361 Capital Weekly Research Briefing

361 Capital portfolio manager, Blaine Rollins, CFA, previously manager of the Janus Fund, writes a weekly update looking back on major moves, macro-trends and economic data points. The 361 Capital Weekly Research Briefing summarizes the latest market news along with some interesting facts and a touch of humor. 361 Capital is a provider of alternative investment mutual funds, separate accounts, and limited partnerships to institutions, financial intermediaries, and high-net-worth investors.

361 Capital Weekly Research Briefing
October 21, 2013

Timely perspectives from the 361 Capital research & portfolio management team

Written by Blaine Rollins, CFA



Donkeys 1, Elephants 0, Congress -535
The can was kicked down the road once again. We would all like to think that Congress will avoid another last minute battle in early 2014, but unfortunately we can’t put it past the current list of non-negotiators. The only thing that is certain in the future is that it will be many election cycles before a member of Congress makes it into the World Series of U.S. Presidential ballots. Approval ratings are bad that both Gov. Christie and Hillary will need to pull all Congressional names from Vice Presidential consideration because any current member would bring no leadership skills and too much baggage. It is a great time in politics to be a Governor, Mayor, or Non-Career Politician.

(Tothadi)

With the fiscal crisis over/delayed, T-Bill yields normalized quickly…
@SoberLook: Chart: 1m treasury bill rate collapse back to zero

Meanwhile, another month and another tail risk chopped onto the floor…

(BoAML)



With Congress kicking the can into 2014 and the likelihood of another all-out brawl taking place in the halls of the Capitol, how do equity investors NOT shift into 5th gear and take advantage of this smooth, new pavement placed before us?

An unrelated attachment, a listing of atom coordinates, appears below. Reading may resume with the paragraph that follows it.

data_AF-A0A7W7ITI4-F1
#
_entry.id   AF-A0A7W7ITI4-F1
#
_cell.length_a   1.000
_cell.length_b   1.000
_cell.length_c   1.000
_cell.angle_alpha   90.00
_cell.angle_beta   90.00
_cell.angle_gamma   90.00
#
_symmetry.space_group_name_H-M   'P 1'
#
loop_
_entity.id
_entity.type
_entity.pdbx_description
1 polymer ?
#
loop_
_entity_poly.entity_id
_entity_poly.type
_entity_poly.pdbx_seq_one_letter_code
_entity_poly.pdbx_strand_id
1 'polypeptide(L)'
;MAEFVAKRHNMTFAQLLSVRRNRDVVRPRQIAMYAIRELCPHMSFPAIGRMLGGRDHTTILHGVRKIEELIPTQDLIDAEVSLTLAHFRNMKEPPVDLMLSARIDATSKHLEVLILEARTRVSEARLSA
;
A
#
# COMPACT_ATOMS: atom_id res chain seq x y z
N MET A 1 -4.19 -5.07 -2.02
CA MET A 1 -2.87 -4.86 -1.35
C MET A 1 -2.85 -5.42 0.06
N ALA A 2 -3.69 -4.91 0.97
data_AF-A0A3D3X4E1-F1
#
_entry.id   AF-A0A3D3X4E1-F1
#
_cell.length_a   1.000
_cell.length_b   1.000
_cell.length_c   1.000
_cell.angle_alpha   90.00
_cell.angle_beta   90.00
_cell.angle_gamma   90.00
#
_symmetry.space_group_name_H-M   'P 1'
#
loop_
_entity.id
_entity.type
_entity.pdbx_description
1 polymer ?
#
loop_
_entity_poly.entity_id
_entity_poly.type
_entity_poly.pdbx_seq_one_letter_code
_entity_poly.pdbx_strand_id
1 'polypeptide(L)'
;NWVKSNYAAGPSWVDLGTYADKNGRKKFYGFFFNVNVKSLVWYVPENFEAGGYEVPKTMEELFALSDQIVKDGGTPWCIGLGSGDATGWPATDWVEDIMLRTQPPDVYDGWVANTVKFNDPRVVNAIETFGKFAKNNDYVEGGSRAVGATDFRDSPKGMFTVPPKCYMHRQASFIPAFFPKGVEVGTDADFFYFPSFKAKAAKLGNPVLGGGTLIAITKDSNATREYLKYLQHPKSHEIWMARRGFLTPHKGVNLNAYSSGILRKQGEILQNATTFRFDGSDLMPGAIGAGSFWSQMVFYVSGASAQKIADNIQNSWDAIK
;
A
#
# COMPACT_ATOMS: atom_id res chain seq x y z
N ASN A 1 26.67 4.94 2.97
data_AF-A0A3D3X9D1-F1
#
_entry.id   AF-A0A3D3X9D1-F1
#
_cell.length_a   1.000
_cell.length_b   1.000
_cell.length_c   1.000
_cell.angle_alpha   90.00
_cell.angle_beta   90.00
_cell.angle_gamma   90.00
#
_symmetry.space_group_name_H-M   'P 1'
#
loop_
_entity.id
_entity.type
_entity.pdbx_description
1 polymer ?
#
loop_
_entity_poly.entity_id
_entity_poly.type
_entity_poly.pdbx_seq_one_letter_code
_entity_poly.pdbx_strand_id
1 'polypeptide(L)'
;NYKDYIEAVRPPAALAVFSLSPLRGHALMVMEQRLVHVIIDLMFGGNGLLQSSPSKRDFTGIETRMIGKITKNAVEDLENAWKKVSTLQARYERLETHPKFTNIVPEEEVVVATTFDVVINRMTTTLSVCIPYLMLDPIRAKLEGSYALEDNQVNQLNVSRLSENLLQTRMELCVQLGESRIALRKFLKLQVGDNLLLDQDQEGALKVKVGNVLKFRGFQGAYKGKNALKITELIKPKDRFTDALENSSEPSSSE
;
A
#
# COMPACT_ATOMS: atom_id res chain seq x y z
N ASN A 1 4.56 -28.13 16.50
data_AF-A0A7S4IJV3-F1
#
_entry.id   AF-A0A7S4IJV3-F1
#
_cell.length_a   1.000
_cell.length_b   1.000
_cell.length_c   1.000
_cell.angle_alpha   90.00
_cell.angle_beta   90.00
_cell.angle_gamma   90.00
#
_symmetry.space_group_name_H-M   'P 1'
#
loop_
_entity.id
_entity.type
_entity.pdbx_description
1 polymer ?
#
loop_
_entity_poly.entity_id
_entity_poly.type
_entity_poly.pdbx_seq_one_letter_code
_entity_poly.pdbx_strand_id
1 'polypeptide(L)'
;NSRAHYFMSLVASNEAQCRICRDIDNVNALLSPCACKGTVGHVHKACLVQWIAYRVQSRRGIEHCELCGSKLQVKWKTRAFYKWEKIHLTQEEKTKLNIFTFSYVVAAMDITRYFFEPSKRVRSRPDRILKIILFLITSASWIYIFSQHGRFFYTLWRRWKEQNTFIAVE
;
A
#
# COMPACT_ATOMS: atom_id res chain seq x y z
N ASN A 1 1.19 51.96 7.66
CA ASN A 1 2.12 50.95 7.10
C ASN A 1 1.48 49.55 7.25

(Trifon Anguelov)

Jeff Saut is looking for the 6th gear…
Now that the “crisis” is in the rear view mirror, the equity markets should refocus on earnings, economics and the Federal Reserve; and here the story is pretty good. S&P’s bottom up operating earnings estimate for the SPX is currently $107.58 leaving the SPX’s PE ratio at almost 16. Next year’s estimate is $121.66. If the SPX continues to trade at that PE multiple, it renders a price target of 1946. As far as economics, things appear to be getting better. In 2014 I believe GDP growth will finally accelerate to 3% driven by a capital expenditure cycle because companies like GM are running their plants flat out 24/7 and the equipment is wearing out. Finally, with Janet Yellen at the helm of the Fed, it should be steady as you go. That implies no tapering and plenty of liquidity. To the underinvested — and underperforming — investor, this trifecta is a nightmare.
(BusinessInsider)

As we saw last week, the U.S. markets are not waiting around…
All 3 U.S. Market Cap slices & every XL sector trading > 20 (blue) & 50 (red) day moving average.

Maybe the most important sign for the markets last week was the return of the Financial Stocks…
The bank and broker earnings were nothing spectacular (save American Express which was very impressive), but the group got bought up anyway. A move to new 2013 highs could not have come at a better time for the bulls.

And a great chart showing the acceleration in lending which could only help financial invest their underutilized deposit bases…

(BusinessInsider)

All Time New Highs being seen in the > $80 Billion Market Cap club across many industries…

Being the 3rd week of October, individual stock movements were all about their own earnings reports…

And yes, there were several reports for the bull and the bear bettors.
On the plus side of the ledger, better than expected earnings drove these Larger Cap stock gains:
+14% CMG Chipotle
+13% GOOG Google
+8% SNDK Sandisk
+7% ABT, SWY, BHI
+5% PPG, AXP, IR
On the losing side was: SWK, MU, YUM, IBM, FAST, IPG, UNH all falling 5%+ after their earnings releases.

As a whole, Q3 earnings beats are trending roughly in line with the past 2 year trends so far…
but still a lot of market cap to go over the next 2 weeks so don’t jump to a conclusion yet.

(BespokeInvest)

Notable earnings comments and tidbits from last week:

  • General Electric (GE) – “Orders grew 19% with orders growth around the world. Total segment profit grew 12%, Industrial margins grew 120 basis points in the quarter, and we are on track for planned margin expansion of 70 basis points for the year.”… “Our business lines are in big infrastructure, the stuff that companies and countries are investing in.”… “We’re getting to the point where we have the mix of businesses we want to go forward with. We’re doing double-digit growth in a world that isn’t growing double digits”. (Jeff Bornstein, CFO)